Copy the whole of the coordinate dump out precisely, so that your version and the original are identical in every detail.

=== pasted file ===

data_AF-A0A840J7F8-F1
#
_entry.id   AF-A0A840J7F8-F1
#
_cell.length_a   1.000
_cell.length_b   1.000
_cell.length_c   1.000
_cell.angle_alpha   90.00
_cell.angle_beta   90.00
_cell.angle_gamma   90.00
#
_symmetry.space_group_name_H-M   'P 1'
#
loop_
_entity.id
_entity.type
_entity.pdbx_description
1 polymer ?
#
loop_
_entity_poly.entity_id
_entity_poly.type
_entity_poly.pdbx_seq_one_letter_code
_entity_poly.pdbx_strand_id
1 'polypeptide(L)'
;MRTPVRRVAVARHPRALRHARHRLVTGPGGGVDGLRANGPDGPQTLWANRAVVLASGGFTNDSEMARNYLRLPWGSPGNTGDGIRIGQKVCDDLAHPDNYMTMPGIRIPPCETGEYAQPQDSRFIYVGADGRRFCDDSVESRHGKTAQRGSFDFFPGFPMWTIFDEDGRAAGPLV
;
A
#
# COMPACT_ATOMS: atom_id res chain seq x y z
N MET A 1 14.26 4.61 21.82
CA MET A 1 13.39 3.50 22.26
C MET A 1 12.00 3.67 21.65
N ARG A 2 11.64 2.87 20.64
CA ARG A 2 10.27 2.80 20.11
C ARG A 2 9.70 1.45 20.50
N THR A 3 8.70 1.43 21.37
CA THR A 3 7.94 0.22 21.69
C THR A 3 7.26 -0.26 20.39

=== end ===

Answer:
data_AF-A0A840J7F8-F1
#
_entry.id   AF-A0A840J7F8-F1
#
_cell.length_a   1.000
_cell.length_b   1.000
_cell.length_c   1.000
_cell.angle_alpha   90.00
_cell.angle_beta   90.00
_cell.angle_gamma   90.00
#
_symmetry.space_group_name_H-M   'P 1'
#
loop_
_entity.id
_entity.type
_entity.pdbx_description
1 polymer ?
#
loop_
_entity_poly.entity_id
_entity_poly.type
_entity_poly.pdbx_seq_one_letter_code
_entity_poly.pdbx_strand_id
1 'polypeptide(L)'
;MRTPVRRVAVARHPRALRHARHRLVTGPGGGVDGLRANGPDGPQTLWANRAVVLASGGFTNDSEMARNYLRLPWGSPGNTGDGIRIGQKVCDDLAHPDNYMTMPGIRIPPCETGEYAQPQDSRFIYVGADGRRFCDDSVESRHGKTAQRGSFDFFPGFPMWTIFDEDGRAAGPLV
;
A
#
# COMPACT_ATOMS: atom_id res chain seq x y z
N MET A 1 14.26 4.61 21.82
CA MET A 1 13.39 3.50 22.26
C MET A 1 12.00 3.67 21.65
N ARG A 2 11.64 2.87 20.64
CA ARG A 2 10.27 2.80 20.11
C ARG A 2 9.70 1.45 20.50
N THR A 3 8.70 1.43 21.37
CA THR A 3 7.94 0.22 21.69
C THR A 3 7.26 -0.26 20.39